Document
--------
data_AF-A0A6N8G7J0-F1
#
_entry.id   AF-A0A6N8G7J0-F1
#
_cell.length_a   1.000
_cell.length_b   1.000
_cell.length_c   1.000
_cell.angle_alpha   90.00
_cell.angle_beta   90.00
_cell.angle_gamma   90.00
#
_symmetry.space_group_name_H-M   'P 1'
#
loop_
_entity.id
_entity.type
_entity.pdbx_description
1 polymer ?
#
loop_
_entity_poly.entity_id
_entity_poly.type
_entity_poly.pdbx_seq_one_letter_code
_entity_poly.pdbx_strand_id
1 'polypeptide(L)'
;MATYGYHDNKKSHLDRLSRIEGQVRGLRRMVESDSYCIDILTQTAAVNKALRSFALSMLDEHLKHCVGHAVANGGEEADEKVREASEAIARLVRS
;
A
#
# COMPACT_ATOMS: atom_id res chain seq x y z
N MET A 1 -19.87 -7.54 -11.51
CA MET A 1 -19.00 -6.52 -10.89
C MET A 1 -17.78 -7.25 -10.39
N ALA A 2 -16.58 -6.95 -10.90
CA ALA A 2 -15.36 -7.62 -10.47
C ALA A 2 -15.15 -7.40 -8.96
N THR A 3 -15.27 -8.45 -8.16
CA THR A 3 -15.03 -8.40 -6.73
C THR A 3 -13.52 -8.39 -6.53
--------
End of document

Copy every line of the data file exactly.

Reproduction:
data_AF-A0A6N8G7J0-F1
#
_entry.id   AF-A0A6N8G7J0-F1
#
_cell.length_a   1.000
_cell.length_b   1.000
_cell.length_c   1.000
_cell.angle_alpha   90.00
_cell.angle_beta   90.00
_cell.angle_gamma   90.00
#
_symmetry.space_group_name_H-M   'P 1'
#
loop_
_entity.id
_entity.type
_entity.pdbx_description
1 polymer ?
#
loop_
_entity_poly.entity_id
_entity_poly.type
_entity_poly.pdbx_seq_one_letter_code
_entity_poly.pdbx_strand_id
1 'polypeptide(L)'
;MATYGYHDNKKSHLDRLSRIEGQVRGLRRMVESDSYCIDILTQTAAVNKALRSFALSMLDEHLKHCVGHAVANGGEEADEKVREASEAIARLVRS
;
A
#
# COMPACT_ATOMS: atom_id res chain seq x y z
N MET A 1 -19.87 -7.54 -11.51
CA MET A 1 -19.00 -6.52 -10.89
C MET A 1 -17.78 -7.25 -10.39
N ALA A 2 -16.58 -6.95 -10.90
CA ALA A 2 -15.36 -7.62 -10.47
C ALA A 2 -15.15 -7.40 -8.96
N THR A 3 -15.27 -8.45 -8.16
CA THR A 3 -15.03 -8.40 -6.73
C THR A 3 -13.52 -8.39 -6.53